One Long Day
Five years after surviving a terrorist attack, alumna La’Nita Johnson (’14) continues to make sense of the unthinkable
As an international studies and Hispanic studies major at Seaver College, La’Nita Johnson fell in love with service. Volunteering with the school’s programs, most notably as the coordinator of the volunteers who taught English to day laborers as they waited for daily work, was the cornerstone of her Pepperdine years. “I saw what language and labor inequity looked like in our community. It was my first experience witnessing this type of hardship and development challenges,” she says. “I lived it every week.”
When she began working after graduation at GE Capital, the financial services division of General Electric, her passion for service led her to arrange a mission trip through her employer’s partnership with the nonprofit buildOn to construct schools in developing countries. Traveling to Burkina Faso, a small landlocked country in West Africa in January 2016, Johnson planned to spend seven days serving with the organization, after which she’d do some sightseeing. Her week in a rural village—which included starting the construction of a school for both boys and girls, getting to know the villagers (through translators of Moore and English), and partaking in traditional activities such as making shea butter—was a deeply gratifying experience.
Returning to the city at the end of their trip, Johnson and her coworkers planned a dinner out in a Western-style cafe to celebrate their achievements and their time together. Waiting inside for the entire group to arrive, she took advantage of the Wi-Fi to call her parents, send them some photos of her time in the village, and tell them she was safe. Approximately 15 minutes after the whole team was assembled and seated together in the back of the cafe, the scene would take on a markedly different appearance.
A Morpougha village elder gifts Johnson a traditional Burkina cloth during a farewell ceremony.
Suddenly several people entered the restaurant and started firing indiscriminately. In the melee, Johnson was able to flee to the restaurant’s bathroom with several other patrons, including some from her group, where they remained in hiding for about two hours while the shooters, who were later identified as Al-Qaeda militants, threw bombs into the cafe, left, returned, started shooting again, and continued bombing the building.
“What I will always remember,” she says, “is the sound of phones going off. There was a lot of screaming and crying and glass shattering. I heard a child screaming. It was the owner’s son. I later found out he was killed.”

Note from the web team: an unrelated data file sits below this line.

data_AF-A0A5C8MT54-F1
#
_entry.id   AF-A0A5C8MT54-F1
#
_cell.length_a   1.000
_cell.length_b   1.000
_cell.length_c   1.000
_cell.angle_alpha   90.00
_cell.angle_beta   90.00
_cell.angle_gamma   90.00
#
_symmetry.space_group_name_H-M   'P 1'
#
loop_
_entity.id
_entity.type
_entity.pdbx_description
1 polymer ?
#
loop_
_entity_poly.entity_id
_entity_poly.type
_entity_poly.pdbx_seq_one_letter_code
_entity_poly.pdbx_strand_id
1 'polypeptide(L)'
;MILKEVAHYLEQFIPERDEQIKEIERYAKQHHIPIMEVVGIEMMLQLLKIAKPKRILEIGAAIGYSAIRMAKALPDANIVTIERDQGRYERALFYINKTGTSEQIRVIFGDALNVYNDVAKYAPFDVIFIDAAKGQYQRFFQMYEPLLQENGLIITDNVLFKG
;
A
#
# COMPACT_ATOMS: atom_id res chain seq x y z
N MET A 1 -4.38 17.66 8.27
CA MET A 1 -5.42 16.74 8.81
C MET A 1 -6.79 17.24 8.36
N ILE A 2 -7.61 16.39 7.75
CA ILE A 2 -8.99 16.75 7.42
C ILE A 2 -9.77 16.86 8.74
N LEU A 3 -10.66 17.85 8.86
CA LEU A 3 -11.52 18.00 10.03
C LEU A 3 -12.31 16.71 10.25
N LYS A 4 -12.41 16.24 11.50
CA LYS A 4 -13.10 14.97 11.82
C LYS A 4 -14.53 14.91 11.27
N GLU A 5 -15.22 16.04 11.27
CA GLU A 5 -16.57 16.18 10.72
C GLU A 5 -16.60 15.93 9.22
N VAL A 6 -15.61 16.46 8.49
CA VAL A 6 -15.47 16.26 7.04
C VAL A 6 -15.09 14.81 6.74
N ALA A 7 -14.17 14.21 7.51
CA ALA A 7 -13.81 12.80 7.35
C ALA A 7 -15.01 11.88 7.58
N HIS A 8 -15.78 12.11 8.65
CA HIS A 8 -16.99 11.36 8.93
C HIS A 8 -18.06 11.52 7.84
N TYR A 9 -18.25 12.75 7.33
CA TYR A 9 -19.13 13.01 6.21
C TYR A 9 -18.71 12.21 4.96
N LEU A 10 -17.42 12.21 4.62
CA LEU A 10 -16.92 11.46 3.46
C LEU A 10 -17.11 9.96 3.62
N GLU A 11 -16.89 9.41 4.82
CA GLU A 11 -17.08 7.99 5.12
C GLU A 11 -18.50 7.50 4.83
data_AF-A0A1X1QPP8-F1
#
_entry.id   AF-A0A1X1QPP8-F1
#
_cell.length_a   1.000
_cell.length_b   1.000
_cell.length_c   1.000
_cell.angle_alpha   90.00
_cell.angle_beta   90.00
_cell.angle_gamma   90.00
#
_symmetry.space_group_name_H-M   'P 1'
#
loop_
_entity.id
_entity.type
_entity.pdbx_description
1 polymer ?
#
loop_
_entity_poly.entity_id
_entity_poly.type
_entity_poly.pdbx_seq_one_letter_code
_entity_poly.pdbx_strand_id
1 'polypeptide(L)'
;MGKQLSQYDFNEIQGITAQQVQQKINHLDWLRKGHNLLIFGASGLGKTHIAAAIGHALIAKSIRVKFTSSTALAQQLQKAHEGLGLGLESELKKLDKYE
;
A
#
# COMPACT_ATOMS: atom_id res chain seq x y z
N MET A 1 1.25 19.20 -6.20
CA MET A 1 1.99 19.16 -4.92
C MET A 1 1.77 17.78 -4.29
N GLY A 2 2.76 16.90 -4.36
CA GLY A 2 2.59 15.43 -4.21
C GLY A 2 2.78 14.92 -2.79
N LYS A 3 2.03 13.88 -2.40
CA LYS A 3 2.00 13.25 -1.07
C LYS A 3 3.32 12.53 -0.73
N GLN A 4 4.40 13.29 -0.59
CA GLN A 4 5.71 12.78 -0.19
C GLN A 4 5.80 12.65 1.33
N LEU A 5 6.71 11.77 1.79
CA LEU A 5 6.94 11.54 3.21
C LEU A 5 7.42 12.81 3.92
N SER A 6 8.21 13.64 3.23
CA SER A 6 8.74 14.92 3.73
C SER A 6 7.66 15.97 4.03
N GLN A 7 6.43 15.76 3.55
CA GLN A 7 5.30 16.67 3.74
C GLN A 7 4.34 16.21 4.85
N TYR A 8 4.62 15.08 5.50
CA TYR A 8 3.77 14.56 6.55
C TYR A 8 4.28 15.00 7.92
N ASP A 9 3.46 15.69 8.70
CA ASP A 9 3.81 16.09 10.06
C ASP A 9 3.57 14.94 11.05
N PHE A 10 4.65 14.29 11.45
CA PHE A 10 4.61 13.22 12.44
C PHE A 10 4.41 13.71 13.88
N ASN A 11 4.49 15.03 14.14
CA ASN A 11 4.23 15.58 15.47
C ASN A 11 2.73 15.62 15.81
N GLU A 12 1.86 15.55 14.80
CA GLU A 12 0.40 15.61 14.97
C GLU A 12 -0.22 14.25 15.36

Johnson eventually escaped from the restaurant, but with the perpetrators of the violent act still at large, the streets remained unsafe. She hid in an alley with another woman as the shooting continued all night. She cut her toe quite badly and recalls that as the hours went by she had thoughts that were both quite logical (“My toe will have to be amputated”) and seemingly ridiculous (“I’ll never wear sandals again”).
About 16 hours after the attack began, Johnson was found by the police and was taken to a hospital for treatment. Members of her party located her there and told her that two people in her group had been killed in the attack. Later that day she was evacuated from the country along with her companions.
Everything Was Different
Johnson returned to work in Chicago but found that her former easygoing state was no longer accessible to her; she couldn’t remember how she’d moved fearlessly through the world. Her job began to feel toxic to her, and she was forced to go on disability leave. She felt the need to understand what happened, to herself and in Burkina Faso, and she started researching the event online. This led to two discoveries.
The first was about the dearth of information for civilians with posttraumatic stress disorder (PTSD). It took little time to learn that the mental health issues she was experiencing fell outside the traditional conversations of healing from trauma. “When you search ‘what to do after a terrorist attack,’ most of the information addresses veterans that have suffered IED bombings or returned from war,” she says. “At the time, I was a 22-year-old middle-class African American girl, and my experience was nothing like that. I wanted to know, for example, why I was so tired when I hadn’t really done anything that day.”